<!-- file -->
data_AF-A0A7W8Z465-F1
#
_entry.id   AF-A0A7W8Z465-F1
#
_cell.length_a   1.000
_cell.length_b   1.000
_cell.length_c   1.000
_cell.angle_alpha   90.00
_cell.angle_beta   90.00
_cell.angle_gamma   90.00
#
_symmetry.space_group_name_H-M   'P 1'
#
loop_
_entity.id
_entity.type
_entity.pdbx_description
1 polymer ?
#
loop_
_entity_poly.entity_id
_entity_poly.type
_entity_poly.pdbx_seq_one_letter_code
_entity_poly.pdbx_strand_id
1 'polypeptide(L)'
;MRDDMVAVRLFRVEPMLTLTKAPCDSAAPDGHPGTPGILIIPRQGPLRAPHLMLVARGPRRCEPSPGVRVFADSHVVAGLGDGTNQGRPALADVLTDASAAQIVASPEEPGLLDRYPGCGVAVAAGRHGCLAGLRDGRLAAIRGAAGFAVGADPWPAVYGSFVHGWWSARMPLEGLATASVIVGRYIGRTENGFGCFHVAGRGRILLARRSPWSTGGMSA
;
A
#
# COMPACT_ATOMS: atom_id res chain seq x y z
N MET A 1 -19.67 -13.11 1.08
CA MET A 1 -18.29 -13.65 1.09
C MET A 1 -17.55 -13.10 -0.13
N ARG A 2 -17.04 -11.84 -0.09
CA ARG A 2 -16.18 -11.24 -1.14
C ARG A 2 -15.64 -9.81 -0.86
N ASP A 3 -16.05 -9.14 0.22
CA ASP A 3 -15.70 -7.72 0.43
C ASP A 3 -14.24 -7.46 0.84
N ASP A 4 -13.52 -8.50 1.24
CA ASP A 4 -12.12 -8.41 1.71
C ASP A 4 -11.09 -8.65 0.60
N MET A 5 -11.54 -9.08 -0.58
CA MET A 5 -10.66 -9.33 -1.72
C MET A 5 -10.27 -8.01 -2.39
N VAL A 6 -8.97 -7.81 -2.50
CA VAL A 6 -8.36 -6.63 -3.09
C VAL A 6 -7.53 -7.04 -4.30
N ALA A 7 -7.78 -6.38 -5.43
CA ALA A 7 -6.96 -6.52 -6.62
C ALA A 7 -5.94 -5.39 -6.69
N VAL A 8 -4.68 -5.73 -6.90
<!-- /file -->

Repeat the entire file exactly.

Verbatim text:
data_AF-A0A7W8Z465-F1
#
_entry.id   AF-A0A7W8Z465-F1
#
_cell.length_a   1.000
_cell.length_b   1.000
_cell.length_c   1.000
_cell.angle_alpha   90.00
_cell.angle_beta   90.00
_cell.angle_gamma   90.00
#
_symmetry.space_group_name_H-M   'P 1'
#
loop_
_entity.id
_entity.type
_entity.pdbx_description
1 polymer ?
#
loop_
_entity_poly.entity_id
_entity_poly.type
_entity_poly.pdbx_seq_one_letter_code
_entity_poly.pdbx_strand_id
1 'polypeptide(L)'
;MRDDMVAVRLFRVEPMLTLTKAPCDSAAPDGHPGTPGILIIPRQGPLRAPHLMLVARGPRRCEPSPGVRVFADSHVVAGLGDGTNQGRPALADVLTDASAAQIVASPEEPGLLDRYPGCGVAVAAGRHGCLAGLRDGRLAAIRGAAGFAVGADPWPAVYGSFVHGWWSARMPLEGLATASVIVGRYIGRTENGFGCFHVAGRGRILLARRSPWSTGGMSA
;
A
#
# COMPACT_ATOMS: atom_id res chain seq x y z
N MET A 1 -19.67 -13.11 1.08
CA MET A 1 -18.29 -13.65 1.09
C MET A 1 -17.55 -13.10 -0.13
N ARG A 2 -17.04 -11.84 -0.09
CA ARG A 2 -16.18 -11.24 -1.14
C ARG A 2 -15.64 -9.81 -0.86
N ASP A 3 -16.05 -9.14 0.22
CA ASP A 3 -15.70 -7.72 0.43
C ASP A 3 -14.24 -7.46 0.84
N ASP A 4 -13.52 -8.50 1.24
CA ASP A 4 -12.12 -8.41 1.71
C ASP A 4 -11.09 -8.65 0.60
N MET A 5 -11.54 -9.08 -0.58
CA MET A 5 -10.66 -9.33 -1.72
C MET A 5 -10.27 -8.01 -2.39
N VAL A 6 -8.97 -7.81 -2.50
CA VAL A 6 -8.36 -6.63 -3.09
C VAL A 6 -7.53 -7.04 -4.30
N ALA A 7 -7.78 -6.38 -5.43
CA ALA A 7 -6.96 -6.52 -6.62
C ALA A 7 -5.94 -5.39 -6.69
N VAL A 8 -4.68 -5.73 -6.90